A Pragmatic Situational and Symbiotic Market Requirements Appraisal

Date01 August 2014
Published date01 August 2014
Subject MatterCommentary
A Pragmatic Situational
and Symbiotic Market
Requirements Appraisal:
An Insight into Textile and
Apparel Trade in Africa
Ndwiga Duncan Kariuki
Xiong-Ying Wu
Li-Hong Chen
Xue-Mei Ding
African textile and clothing industry though has been in a state of instability, have
undergone great transformation to fit in the international trade through imple-
menting the World Trade Organization requirements of a liberalized market and
promoting bilateral trade. However, little is known about the current market
situation and regulation requirements being implemented. This article provides a
comprehensive appraisal to enable understand the African business environment
in ways useful in developing this sector, and guiding textile and clothing compa-
nies wishing to invest and trade in Africa. It focuses on the structure and char-
acteristics of African four most active Regional Economic Communities (REC)
pillars, consisting 42 of the 48 Sub-Saharan Africa (SSA) countries. Through a
situational comparative and symbiotic trade analysis of these integrated regional
economic markets, this study assesses the current policies towards promoting
internal and external trade. The analysis reveals that the integration of regional
economic trading blocs has led to the development of more competitive and
sustainable markets, and mitigating effects of trade liberalization.
JEL: P51
Foreign Trade Review
49(3) 291–308
©2014 Indian Institute of
Foreign Trade
SAGE Publications
Los Angeles, London,
New Delhi, Singapore,
Washington DC
DOI: 10.1177/0015732514539209
Ndwiga Duncan Kariuki, Fashion Institute, Donghua University, Shanghai, China.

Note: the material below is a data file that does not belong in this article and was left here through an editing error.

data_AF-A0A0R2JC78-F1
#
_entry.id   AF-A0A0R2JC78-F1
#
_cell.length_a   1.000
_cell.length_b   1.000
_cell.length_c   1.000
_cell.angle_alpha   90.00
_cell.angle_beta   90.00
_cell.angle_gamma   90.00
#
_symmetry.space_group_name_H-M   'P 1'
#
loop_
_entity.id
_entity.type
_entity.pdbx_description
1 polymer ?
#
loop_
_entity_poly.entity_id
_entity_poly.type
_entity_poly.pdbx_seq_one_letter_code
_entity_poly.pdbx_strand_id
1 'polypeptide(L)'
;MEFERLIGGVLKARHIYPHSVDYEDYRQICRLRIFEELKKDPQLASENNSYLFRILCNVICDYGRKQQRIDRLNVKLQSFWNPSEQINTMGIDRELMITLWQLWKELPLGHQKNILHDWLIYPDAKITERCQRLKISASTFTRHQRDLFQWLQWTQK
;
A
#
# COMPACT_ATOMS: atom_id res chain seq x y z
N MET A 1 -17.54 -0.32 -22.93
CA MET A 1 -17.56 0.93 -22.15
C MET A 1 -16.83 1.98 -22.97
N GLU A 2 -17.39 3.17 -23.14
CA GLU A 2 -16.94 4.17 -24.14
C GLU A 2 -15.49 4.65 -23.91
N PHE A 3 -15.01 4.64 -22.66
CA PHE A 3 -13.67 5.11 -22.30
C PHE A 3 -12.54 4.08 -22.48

E-mail: Kariukidun06@yahoo.com
Xiong-Ying Wu, Shanghai Entry-Exit Inspection and Quarantine Bureau, Shanghai,
China. E-mail: wuxy@shciq.gov.cn
Li-Hong Chen, Fashion Institute, Donghua University, Shanghai, China. E-mail: lhkxyy@
Xue-Mei Ding (Corresponding Author), Professor at Fashion Institute, Donghua
University, Shanghai, China. E-mail: fddingxm@dhu.edu.cn
Foreign Trade Review, 49, 3 (2014): 291–308
292 Ndwiga Duncan Kariuki, Xiong-Ying Wu, Li-Hong Chen, and Xue-Mei Ding
Market structure and characteristics, Africa textile and apparel industries,
symbiotic, trade requirements, trading blocs, Sub-Saharan Africa countries (SSA)
The liberalization of the world market has necessitated African countries to reor-
ganize their trading protocols so as to fit in the global market. This is because the
expiry of Agreement on Textile and Clothing in 2005 led to the end of quotas that
were used to define global apparel trade. This has come with the adjustment of
structures for market requirements, which besides the reduction of tariffs, also
includes the elimination of non-tariff barriers, creation of custom unions, monitory
unions, common markets and standards harmonization. These are meant to facilitate
African countries to competitively participate in domestic and global trade.
The textile and clothing industry in Africa, more so in the Sub-Saharan Africa
(SSA), are focused on cotton products such as yarns, knitted and woven fabric,
and made-up items such as towels and other home linens (Bennett et al., 2011), as
well as different items of clothing and apparels, and, therefore, consumes cotton
from local or regional growers. This sector is governed under different protocols
depending on the market region within which it falls.
Researchers have pointed out that the African textile and clothing industry is
under threat due to massive imports of new and used textiles and clothing (Baden
and Barber, 2005). This has resulted in African countries putting up new measures
which are meant to protect and revitalize the domestic industries, and diversifying
their exports by improving access to domestic and international markets. As per
reviews on evolving market environments analyzing opportunities and threats notes,
Africa may soon become the next favourite frontier market (Nwankwo, 2000).
This article aims to research on the protocols of trade and policies currently
being implemented among the integrated markets in SSA of East African
Community (EAC), Southern African Development Community (SADC),
Common Market for Eastern and Southern Africa (COMESA) and Economic
Community of West African States (ECOWAS). The study is done by evaluating
and comparing their market structure and characteristics as well as mutual rela-
tionships on trade preferential treatments among member countries and between
trading blocs.
Development of the African Textile Industry
Initially, many African countries concentrated on import substitution and subsi-
dized consumption where import substitution was based on incentives for invest-
ment and domestic production. Although this created demand for the importation

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